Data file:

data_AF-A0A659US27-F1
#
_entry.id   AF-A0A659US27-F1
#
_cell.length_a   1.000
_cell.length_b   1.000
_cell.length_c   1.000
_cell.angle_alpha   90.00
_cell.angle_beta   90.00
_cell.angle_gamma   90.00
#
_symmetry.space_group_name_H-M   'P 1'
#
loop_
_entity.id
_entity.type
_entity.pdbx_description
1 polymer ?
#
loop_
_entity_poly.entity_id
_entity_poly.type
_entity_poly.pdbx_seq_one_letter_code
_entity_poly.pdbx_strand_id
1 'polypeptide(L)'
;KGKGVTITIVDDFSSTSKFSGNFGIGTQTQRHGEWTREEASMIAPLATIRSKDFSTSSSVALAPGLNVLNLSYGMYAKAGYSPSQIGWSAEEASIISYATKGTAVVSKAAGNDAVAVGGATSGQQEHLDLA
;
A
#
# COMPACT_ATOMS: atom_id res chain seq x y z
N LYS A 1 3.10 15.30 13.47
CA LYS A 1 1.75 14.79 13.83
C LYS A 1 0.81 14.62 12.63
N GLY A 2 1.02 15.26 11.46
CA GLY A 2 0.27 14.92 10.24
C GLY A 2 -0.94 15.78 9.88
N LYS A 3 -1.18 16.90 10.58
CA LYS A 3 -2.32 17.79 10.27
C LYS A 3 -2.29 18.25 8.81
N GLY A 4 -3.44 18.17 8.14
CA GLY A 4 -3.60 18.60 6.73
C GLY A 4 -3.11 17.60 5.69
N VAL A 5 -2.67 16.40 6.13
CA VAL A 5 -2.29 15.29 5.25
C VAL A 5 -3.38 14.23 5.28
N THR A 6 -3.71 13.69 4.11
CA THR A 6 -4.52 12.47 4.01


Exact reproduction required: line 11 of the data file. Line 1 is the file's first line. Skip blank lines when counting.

#